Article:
This content is from: Corner Office

U.S. Infrastructure Shortfall Represents a Potential Boon for Investors

Pension funds and insurers are investing more in energy, transport and other facilities; there’s no shortage of projects to choose from.

Institutional investment in U.S. infrastructure is modest but on the rise. Long may the growth continue, for the gap between the country’s investment needs and the capacity of its strapped government budgets is daunting.

In a January report, the American Society of Civil Engineers estimated that the country’s infrastructure needs will exceed projected spending by $1.09 billion between now and 2020, based on current trends. Unless that shortfall is filled, the country could suffer a cumulative loss of economic output of $3.1 trillion over that period, the society claimed.

For anyone who has ever tried to get into Manhattan from New York’s John F. Kennedy International Airport or spent any time cruising on the country’s interstate highways, the U.S. infrastructure deficit comes as no surprise. But the financing gap spells at least as much opportunity as danger.

“Deteriorating infrastructure has a cascading impact on our nation’s economy, yet we have a real opportunity to make crucial investments in America’s infrastructure that will pay off in huge economic dividends,” said Gregory DiLoreto, president of the civil engineers society, in a press release accompanying the January report. Those dividends are attracting more and more institutions, especially long-term investors.

“Infrastructure assets are the best assets we have in the nation,” says Sonia Axter, managing director of infrastructure investments at the Union Labor Life Insurance Co., a union-owned insurer based in New York, which manages nearly $5 billion in assets. “They are important assets suffering from a lack of investment and adequate maintenance. There’s a great opportunity for institutional investors.”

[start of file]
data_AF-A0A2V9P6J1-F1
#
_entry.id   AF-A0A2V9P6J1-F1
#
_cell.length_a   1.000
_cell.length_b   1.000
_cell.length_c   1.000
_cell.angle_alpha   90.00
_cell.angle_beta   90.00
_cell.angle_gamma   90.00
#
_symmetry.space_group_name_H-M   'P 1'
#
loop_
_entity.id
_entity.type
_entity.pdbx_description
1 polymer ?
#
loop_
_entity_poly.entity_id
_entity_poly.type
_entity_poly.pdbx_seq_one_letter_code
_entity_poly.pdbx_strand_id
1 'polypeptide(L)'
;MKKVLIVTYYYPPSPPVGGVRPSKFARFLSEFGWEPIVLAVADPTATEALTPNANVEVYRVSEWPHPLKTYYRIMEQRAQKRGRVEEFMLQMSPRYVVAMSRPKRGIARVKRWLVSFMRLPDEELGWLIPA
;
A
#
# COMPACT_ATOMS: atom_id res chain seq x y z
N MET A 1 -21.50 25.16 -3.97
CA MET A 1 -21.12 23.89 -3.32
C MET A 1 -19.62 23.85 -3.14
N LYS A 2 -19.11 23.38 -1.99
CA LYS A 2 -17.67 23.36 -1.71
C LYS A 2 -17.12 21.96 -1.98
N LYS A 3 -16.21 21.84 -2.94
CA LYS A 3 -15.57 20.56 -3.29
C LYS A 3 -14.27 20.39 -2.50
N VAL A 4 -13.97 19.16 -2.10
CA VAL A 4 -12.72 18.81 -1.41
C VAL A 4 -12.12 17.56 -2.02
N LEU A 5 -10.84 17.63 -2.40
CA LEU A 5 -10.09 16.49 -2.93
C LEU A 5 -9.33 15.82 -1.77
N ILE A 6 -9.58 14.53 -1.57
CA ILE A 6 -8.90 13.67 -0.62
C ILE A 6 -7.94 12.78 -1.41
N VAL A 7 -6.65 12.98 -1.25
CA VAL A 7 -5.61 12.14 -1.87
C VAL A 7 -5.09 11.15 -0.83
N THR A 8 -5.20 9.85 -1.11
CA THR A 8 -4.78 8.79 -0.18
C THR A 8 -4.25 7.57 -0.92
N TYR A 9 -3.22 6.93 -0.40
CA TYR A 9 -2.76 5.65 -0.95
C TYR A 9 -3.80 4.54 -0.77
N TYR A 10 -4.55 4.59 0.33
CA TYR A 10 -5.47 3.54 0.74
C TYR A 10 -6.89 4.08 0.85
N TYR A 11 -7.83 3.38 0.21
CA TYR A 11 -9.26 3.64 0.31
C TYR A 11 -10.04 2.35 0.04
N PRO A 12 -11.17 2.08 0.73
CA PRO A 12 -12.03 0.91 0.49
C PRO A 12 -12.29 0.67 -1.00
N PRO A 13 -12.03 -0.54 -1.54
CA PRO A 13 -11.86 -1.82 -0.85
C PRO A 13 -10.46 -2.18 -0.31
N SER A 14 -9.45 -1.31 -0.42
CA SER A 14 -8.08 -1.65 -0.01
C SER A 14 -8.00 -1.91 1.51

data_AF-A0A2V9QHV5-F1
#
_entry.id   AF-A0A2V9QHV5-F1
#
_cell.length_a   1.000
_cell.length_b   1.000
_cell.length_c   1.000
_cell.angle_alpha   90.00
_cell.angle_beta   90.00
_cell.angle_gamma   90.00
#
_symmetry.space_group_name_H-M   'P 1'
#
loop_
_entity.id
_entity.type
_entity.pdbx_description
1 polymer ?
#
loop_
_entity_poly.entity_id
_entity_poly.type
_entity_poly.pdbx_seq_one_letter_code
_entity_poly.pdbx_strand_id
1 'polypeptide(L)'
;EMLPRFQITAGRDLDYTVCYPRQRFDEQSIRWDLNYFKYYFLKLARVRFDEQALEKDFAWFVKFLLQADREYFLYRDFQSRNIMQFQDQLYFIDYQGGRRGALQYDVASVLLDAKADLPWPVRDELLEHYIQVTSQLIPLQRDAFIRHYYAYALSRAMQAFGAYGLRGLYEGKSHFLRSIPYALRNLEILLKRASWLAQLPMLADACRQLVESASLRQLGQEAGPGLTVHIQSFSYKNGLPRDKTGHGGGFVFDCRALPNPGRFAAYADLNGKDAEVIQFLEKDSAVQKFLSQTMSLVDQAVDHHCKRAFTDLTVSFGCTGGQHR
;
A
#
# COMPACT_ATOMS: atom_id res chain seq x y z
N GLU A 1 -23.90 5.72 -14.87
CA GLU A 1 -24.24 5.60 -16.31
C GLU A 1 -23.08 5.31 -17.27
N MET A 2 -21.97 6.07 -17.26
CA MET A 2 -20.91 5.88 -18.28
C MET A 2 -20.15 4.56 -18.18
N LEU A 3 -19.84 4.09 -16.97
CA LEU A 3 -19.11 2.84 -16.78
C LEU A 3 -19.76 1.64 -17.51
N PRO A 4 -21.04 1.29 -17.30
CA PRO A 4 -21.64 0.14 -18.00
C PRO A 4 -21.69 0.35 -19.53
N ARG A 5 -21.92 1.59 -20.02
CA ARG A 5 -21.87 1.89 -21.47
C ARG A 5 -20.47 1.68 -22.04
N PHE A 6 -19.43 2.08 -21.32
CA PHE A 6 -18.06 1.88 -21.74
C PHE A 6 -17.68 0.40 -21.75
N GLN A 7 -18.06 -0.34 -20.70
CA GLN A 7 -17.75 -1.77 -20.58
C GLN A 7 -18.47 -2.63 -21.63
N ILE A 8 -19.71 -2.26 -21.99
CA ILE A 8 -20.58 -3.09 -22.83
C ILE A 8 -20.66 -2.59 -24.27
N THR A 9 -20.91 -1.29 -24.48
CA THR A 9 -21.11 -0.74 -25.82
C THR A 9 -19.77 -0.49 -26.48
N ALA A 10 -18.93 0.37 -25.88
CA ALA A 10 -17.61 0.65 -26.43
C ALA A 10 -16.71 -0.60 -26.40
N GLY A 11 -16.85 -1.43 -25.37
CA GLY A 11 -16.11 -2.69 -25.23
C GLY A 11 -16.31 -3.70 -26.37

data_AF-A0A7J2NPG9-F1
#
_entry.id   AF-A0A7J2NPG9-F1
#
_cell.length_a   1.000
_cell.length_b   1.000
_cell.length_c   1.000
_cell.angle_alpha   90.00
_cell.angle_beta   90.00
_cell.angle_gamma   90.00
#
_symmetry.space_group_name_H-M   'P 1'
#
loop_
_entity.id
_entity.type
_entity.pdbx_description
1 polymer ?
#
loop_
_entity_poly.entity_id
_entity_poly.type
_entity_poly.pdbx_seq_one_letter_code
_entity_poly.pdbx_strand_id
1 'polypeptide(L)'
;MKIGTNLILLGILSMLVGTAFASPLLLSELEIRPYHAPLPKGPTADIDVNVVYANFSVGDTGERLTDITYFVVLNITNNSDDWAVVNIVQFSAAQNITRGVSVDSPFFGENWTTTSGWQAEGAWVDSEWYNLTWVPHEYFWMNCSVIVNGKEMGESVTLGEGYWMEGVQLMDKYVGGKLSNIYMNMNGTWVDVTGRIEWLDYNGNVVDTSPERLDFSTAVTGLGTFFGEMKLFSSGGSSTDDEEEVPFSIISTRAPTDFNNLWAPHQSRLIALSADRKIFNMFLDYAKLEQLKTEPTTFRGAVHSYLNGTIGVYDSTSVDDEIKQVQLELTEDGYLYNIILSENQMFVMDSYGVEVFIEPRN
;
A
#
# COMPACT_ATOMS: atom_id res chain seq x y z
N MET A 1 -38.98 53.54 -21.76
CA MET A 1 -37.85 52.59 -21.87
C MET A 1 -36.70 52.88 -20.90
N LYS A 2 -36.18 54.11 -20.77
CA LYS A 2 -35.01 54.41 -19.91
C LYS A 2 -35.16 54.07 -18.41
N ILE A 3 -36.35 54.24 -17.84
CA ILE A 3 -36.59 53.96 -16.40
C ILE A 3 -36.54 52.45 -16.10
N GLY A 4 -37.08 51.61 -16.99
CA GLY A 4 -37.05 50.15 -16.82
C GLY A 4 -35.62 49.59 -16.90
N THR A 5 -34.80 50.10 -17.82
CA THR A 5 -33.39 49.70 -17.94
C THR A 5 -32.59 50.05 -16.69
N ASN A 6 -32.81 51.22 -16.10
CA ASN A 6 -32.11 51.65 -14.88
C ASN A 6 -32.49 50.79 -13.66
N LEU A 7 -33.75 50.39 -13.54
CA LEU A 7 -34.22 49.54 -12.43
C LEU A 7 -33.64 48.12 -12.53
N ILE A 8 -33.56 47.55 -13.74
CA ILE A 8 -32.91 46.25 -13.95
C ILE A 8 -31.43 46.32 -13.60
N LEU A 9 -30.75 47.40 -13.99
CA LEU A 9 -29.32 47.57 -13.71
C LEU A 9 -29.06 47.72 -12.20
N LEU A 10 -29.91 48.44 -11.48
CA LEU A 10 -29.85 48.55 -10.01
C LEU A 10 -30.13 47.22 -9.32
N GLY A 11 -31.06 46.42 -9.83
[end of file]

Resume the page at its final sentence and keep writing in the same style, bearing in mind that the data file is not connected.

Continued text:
Infrastructure assets play an essential role in local communities, and payments by users — whether government or private — tend to be linked to inflation, Axter notes. This latter feature makes them particularly attractive to pension funds, whose liabilities are often linked to inflation. In addition, revenues generated by infrastructure are relatively immune to the ups and downs of the economic cycle, providing a stable cash flow for investors, she adds.

Responding to these attractions, Ullico announced its first infrastructure move in December: a $20 million investment in a 30-year concession to upgrade and operate the water and wastewater facilities of Rialto, California. Ullico plans to expand its infrastructure program, which invests third-party money rather than Ullico’s own insurance revenue.

Thirty years is a common length for infrastructure deals made between investors and government, though some are longer still. This longevity is driving the continuing increase in infrastructure investment at John Hancock, says Robert Keough, managing director of alternative assets at the Boston-based life insurance company.

“We write some liabilities, such as long-term care insurance, that last as long as 70 years,” he says. “There’s a limited pool of credit out there, which we’d be interested in buying to back those long liabilities, so we seek other asset classes.” Infrastructure assets currently make up a “high-single-figure” percentage of Hancock’s investment portfolio, Keough adds, and the share is growing as the company writes more long-term liabilities.